Monday, March 21, 2005

Purim costumes are ready! I’m particularly proud of the Little Red Riding Hood one I made for my eldest daughter because I made it from scratch. I love that – bringing home a piece of material, folded up, lifeless, and making it into a garment that someone can wear and enjoy.

Eldest has been treated to a great cape and hood, even if I do say so myself. The material, bought in Nahalat Binaymin Street next to Carmel Market, is wonderful – I don’t know what its called, but it’s a lovely deep red and it’s heavier than satin, which is the obvious choice for costumes. I’m glad I didn’t use satin. Satin always looks flimsy and cheap. The skirt underneath is satin, red with white dots, but somehow it works.

I bought the basket (eggs and bread for grandma, wasn’t it?) in Jerusalem a fortnight ago. We went from work to visit a friend who was sitting Shiva for his father (the seven days of mourning). Riding along in the car on the way back, I suddenly spied a wicker shop, and shouted, “Stop! Stop!” So everyone had to wait while I went to buy a basket for Eldest’s costume. I was very popular, you can imagine. Oh well, they’re used to me by now.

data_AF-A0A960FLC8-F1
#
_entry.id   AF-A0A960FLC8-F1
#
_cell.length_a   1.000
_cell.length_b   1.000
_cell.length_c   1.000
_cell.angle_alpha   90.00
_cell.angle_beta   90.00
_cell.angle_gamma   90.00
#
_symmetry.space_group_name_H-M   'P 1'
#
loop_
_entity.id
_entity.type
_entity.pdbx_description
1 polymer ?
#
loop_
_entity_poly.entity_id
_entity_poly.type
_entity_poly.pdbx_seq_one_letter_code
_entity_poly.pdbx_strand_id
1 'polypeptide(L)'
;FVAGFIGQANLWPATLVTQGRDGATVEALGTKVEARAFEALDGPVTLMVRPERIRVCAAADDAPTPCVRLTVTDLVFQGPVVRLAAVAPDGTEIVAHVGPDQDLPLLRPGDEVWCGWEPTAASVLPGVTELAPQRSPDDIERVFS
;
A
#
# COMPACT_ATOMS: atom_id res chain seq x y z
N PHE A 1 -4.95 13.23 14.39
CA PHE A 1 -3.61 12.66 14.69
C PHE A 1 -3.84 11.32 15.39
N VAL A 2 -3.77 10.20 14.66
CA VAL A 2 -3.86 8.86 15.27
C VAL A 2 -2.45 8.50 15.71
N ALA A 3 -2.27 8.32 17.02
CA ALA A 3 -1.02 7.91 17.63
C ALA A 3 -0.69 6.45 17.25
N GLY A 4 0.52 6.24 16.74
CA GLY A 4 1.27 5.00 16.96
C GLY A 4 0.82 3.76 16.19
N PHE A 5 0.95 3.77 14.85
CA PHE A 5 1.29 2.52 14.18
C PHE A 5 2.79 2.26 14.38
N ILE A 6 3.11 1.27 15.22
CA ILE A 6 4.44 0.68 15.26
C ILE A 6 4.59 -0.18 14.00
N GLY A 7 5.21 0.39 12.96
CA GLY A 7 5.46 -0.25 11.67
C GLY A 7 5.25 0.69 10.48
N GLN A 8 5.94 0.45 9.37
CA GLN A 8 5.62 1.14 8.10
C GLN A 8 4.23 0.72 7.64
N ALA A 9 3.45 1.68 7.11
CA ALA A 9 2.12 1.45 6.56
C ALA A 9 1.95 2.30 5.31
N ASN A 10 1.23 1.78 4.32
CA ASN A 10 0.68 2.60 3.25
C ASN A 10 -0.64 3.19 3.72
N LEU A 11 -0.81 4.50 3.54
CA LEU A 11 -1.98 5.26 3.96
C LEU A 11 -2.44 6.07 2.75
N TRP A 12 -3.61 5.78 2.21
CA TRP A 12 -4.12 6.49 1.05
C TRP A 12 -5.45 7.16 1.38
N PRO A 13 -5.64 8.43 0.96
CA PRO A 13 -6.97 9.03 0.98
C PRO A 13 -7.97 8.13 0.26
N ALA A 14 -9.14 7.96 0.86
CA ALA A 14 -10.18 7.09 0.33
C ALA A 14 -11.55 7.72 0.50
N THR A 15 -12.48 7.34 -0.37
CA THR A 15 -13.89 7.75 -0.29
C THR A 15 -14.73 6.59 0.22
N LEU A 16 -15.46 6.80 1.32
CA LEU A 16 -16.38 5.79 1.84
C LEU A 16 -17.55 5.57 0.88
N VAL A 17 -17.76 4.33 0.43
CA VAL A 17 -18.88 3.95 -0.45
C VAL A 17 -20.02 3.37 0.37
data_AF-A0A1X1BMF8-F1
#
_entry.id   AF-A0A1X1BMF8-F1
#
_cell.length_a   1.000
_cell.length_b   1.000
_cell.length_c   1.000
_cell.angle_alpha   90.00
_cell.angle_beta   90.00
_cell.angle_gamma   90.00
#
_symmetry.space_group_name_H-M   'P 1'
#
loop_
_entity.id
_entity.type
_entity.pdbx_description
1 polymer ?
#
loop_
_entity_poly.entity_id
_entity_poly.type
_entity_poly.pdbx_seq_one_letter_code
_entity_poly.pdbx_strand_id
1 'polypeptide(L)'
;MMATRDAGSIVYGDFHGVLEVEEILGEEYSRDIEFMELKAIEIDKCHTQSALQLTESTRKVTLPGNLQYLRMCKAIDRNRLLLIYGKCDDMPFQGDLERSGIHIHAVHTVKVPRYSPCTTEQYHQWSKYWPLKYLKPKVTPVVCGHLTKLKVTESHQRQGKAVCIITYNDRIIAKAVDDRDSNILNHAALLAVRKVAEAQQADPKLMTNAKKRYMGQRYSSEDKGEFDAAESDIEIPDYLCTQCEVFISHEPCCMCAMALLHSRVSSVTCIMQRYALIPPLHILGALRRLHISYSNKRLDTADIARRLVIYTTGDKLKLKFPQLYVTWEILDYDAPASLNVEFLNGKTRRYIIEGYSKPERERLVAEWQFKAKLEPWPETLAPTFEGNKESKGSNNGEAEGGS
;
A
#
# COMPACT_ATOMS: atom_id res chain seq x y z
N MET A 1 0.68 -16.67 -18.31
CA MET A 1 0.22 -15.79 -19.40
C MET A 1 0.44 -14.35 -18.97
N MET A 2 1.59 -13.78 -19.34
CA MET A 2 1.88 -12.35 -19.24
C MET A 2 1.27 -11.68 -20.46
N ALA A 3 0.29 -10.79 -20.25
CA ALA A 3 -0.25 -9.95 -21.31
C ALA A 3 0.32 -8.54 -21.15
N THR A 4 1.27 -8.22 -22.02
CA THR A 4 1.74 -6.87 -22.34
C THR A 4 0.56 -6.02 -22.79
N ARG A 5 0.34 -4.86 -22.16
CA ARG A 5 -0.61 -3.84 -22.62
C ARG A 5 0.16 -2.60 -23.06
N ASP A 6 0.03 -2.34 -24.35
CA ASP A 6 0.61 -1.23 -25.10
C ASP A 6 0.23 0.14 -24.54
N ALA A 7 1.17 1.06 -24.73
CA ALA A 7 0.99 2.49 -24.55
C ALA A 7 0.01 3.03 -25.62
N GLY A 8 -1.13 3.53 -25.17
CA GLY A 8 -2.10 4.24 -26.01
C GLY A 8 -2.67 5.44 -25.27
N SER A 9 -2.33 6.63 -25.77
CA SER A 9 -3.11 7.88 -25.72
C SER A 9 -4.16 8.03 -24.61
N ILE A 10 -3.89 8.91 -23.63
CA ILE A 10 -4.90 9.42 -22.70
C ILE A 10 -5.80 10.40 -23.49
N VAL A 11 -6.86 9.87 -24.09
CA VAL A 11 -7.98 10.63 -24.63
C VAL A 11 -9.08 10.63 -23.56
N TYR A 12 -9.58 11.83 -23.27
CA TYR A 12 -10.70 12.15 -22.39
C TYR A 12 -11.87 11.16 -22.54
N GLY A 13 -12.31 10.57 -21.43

The weather has been very sunny and nice lately so I hardly gave any thought to the fact that Youngest’s costume was a spruced up summer dress, until I heard on the news that it was going to rain on Wednesday. Wednesday is the day the kids go to school for their Purim carnivals before the Purim vacation. It always rains. I can’t believe I didn’t think of it.

So this afternoon on the way home from work I searched the children’s clothes shops in the area for some sort of suitable little cardigan. Naturally, they’re stocked for summer. No little cardigans in white or pink to be found anywhere. Eventually at home I managed to find a little pink jacket that just fits, although it’s a bit tight. Not marvelous, but it will have to do.

I’ll be going out on the town with my girls this Purim. I never do that because I dislike crowds, but my cousin is coming from England with his family and we’ll be doing Dizengoff Street with them on Friday morning. The paper says there will be things going on there. I fancy the Adloyada (Purim parade) in Hatiqva Market, but everyone agrees that this will be a bit of a culture shock for our visitors’ young daughters. Hatiqva neighborhood is a poor neighborhood in the south of Tel Aviv. The market there is not as impressive as the famous Carmel Market (in fact, it can be a bit depressing at times), although the amba on sale there is reputedly the best you can get.